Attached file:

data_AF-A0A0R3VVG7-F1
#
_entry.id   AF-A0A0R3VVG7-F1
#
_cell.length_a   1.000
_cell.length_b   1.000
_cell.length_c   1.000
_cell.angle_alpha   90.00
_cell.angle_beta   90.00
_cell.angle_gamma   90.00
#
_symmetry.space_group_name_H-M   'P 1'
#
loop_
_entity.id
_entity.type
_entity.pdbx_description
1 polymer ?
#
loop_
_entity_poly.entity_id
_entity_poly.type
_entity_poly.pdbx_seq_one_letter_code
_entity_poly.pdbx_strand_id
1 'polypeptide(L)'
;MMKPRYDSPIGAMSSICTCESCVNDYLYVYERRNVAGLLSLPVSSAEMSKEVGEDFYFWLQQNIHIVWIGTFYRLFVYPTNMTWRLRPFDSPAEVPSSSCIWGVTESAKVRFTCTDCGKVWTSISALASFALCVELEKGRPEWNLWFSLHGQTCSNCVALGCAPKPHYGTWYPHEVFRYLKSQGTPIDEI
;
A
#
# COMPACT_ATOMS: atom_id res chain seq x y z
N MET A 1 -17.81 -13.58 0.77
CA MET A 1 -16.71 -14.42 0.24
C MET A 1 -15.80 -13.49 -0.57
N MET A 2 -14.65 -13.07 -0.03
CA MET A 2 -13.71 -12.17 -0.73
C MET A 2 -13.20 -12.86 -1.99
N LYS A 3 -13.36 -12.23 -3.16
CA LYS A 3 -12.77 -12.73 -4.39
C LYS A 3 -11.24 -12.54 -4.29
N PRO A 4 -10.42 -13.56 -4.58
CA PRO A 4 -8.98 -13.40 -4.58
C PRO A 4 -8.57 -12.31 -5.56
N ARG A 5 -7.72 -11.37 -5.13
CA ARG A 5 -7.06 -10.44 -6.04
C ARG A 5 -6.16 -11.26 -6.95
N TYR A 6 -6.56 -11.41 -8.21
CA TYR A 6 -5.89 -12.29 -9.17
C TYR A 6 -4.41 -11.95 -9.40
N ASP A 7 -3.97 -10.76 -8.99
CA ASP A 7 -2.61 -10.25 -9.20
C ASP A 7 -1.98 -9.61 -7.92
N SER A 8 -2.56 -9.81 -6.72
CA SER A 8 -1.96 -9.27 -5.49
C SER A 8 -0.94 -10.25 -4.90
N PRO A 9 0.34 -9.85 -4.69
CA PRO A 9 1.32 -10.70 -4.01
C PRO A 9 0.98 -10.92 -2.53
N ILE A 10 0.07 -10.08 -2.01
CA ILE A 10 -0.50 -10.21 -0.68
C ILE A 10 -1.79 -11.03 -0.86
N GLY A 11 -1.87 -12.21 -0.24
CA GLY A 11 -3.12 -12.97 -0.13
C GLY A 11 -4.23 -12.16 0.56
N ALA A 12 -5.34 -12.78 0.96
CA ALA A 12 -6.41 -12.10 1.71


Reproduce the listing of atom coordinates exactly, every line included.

data_AF-A0A0R3VVG7-F1
#
_entry.id   AF-A0A0R3VVG7-F1
#
_cell.length_a   1.000
_cell.length_b   1.000
_cell.length_c   1.000
_cell.angle_alpha   90.00
_cell.angle_beta   90.00
_cell.angle_gamma   90.00
#
_symmetry.space_group_name_H-M   'P 1'
#
loop_
_entity.id
_entity.type
_entity.pdbx_description
1 polymer ?
#
loop_
_entity_poly.entity_id
_entity_poly.type
_entity_poly.pdbx_seq_one_letter_code
_entity_poly.pdbx_strand_id
1 'polypeptide(L)'
;MMKPRYDSPIGAMSSICTCESCVNDYLYVYERRNVAGLLSLPVSSAEMSKEVGEDFYFWLQQNIHIVWIGTFYRLFVYPTNMTWRLRPFDSPAEVPSSSCIWGVTESAKVRFTCTDCGKVWTSISALASFALCVELEKGRPEWNLWFSLHGQTCSNCVALGCAPKPHYGTWYPHEVFRYLKSQGTPIDEI
;
A
#
# COMPACT_ATOMS: atom_id res chain seq x y z
N MET A 1 -17.81 -13.58 0.77
CA MET A 1 -16.71 -14.42 0.24
C MET A 1 -15.80 -13.49 -0.57
N MET A 2 -14.65 -13.07 -0.03
CA MET A 2 -13.71 -12.17 -0.73
C MET A 2 -13.20 -12.86 -1.99
N LYS A 3 -13.36 -12.23 -3.16
CA LYS A 3 -12.77 -12.73 -4.39
C LYS A 3 -11.24 -12.54 -4.29
N PRO A 4 -10.42 -13.56 -4.58
CA PRO A 4 -8.98 -13.40 -4.58
C PRO A 4 -8.57 -12.31 -5.56
N ARG A 5 -7.72 -11.37 -5.13
CA ARG A 5 -7.06 -10.44 -6.04
C ARG A 5 -6.16 -11.26 -6.95
N TYR A 6 -6.56 -11.41 -8.21
CA TYR A 6 -5.89 -12.29 -9.17
C TYR A 6 -4.41 -11.95 -9.40
N ASP A 7 -3.97 -10.76 -8.99
CA ASP A 7 -2.61 -10.25 -9.20
C ASP A 7 -1.98 -9.61 -7.92
N SER A 8 -2.56 -9.81 -6.72
CA SER A 8 -1.96 -9.27 -5.49
C SER A 8 -0.94 -10.25 -4.90
N PRO A 9 0.34 -9.85 -4.69
CA PRO A 9 1.32 -10.70 -4.01
C PRO A 9 0.98 -10.92 -2.53
N ILE A 10 0.07 -10.08 -2.01
CA ILE A 10 -0.50 -10.21 -0.68
C ILE A 10 -1.79 -11.03 -0.86
N GLY A 11 -1.87 -12.21 -0.24
CA GLY A 11 -3.12 -12.97 -0.13
C GLY A 11 -4.23 -12.16 0.56
N ALA A 12 -5.34 -12.78 0.96
CA ALA A 12 -6.41 -12.10 1.71